Port strike is ‘damaging city region economy’

With the two-week strike by workers at the Port of Liverpool now in its second week a senior Peel Ports executive is urging workers to settle the dispute. Tony McDonough reports

Port of Liverpool workers with Unite general secretary Sharon Graham. Picture from Unite


Strike action at the Port of Liverpool risks damaging the city region economy, a senior executive at port owner Peel Ports says.

David Huck, Peel Ports Group’s chief operating officer urged workers at the port, and their union Unite, to consider “further and constructive engagement” with the company to resolve the dispute.

More than 560 Mersey Docks and Harbour Company Workers at the port at Seaforth walked out on Monday, September 19. They say their action will continue until Monday, October 3.

In August 88% of the workers took part in a strike ballot organised by Unite. 99% voted in favour of strike action. Following the ballot Peel Ports urged the union and the workers to “keep talking”. But those talks failed to reach a resolution.

Unite claims the company has offered a rise worth just 7%. However, Peel Ports claims its latest offer is worth 8.3%. Either way, with inflation now above 10% and likely to rise further, Unite says the offer falls short of what is needed to help people with the cost of living crisis.

Mr Huck said: “Our concern is on the impact a sustained period of industrial action will have on many of the gains the city region’s economy has made over the last two decades.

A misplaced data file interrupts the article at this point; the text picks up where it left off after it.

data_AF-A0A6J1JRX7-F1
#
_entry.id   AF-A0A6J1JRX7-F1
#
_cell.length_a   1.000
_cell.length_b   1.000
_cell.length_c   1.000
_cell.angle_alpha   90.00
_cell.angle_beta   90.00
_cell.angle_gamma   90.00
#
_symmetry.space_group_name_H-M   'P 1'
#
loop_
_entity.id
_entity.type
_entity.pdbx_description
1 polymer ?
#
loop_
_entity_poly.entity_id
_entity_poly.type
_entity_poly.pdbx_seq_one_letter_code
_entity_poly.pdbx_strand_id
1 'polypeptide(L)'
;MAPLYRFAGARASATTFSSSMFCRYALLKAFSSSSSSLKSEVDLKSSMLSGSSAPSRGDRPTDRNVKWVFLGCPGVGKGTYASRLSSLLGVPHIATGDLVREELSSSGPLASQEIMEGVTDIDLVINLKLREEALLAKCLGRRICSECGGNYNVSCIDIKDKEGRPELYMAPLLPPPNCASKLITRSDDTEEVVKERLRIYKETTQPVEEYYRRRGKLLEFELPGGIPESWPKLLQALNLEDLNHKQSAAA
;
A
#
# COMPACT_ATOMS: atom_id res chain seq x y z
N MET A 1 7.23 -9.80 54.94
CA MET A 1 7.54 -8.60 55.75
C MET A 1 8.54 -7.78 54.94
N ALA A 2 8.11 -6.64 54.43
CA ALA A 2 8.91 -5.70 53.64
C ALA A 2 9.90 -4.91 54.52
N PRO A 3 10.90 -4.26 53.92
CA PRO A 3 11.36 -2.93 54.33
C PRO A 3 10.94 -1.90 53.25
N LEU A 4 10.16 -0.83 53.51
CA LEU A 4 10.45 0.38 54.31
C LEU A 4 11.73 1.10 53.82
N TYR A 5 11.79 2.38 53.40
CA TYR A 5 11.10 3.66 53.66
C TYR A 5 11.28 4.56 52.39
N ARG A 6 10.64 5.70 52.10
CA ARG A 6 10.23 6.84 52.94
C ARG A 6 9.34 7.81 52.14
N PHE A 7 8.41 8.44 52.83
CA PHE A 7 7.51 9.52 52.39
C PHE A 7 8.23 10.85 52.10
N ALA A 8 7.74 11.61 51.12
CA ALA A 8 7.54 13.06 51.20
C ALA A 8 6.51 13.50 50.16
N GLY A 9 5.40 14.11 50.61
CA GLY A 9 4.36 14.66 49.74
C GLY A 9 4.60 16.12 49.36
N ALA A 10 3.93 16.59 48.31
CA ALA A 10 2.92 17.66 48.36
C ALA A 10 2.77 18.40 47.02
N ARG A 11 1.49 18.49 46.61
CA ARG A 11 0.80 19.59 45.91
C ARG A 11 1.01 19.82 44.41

“The investments Peel Ports have made over the years have restored Liverpool’s position as a global gateway to the north of England and the UK.

“When we invested in Liverpool2, the port’s deep-sea container terminal, we recognised that for the hundreds of jobs we create, thousands more are created in the wider logistics and maritime sectors across the city region.

“We can also see that many other businesses derive value from the efficiency of using a strong and reliable port like Liverpool. That’s why this dispute is damaging not only for us, but it is bad for business, jobs and the city’s economy.”

In the last few days Unite general secretary Sharon Graham has visited the picket line outside the port. Addressing the workers she said: “I’m really proud to be here standing shoulder to shoulder with you today.

“We are going to stand with you until you have won. Because this is the real power of workers and the working class. We will not accept pay cuts. We will not accept the way we are being treated.

“The lies that are being spun about you, and striking workers, is corporate spin. This company can afford to pay. Last year they made £141m in profit… that is bigger than their entire wage bill.”


Port of Liverpool
Strike action at the Port of Liverpool is planned to last until October 3


One striking dock worker, Paul Burgess, added: “The price of fuel’s increased , the price of food. Everything in the world as we know it is going up in price – apart from our wages.”

Mr said Peel Ports had been successful in persuading businesses to move their cargo to Liverpool or set up new support services in the past decade. It had overcome what he described as “legacy issues”. He said a prolonged dispute would act as a deterrent to investors.

He added: “For this reason, we’ve worked long and constructively with the unions, investing in training, transforming our safety culture and ensuring our pay awards keep ahead of inflation – even during the pandemic. This is also true for this year’s pay award and will be the same for the next one in the spring.”

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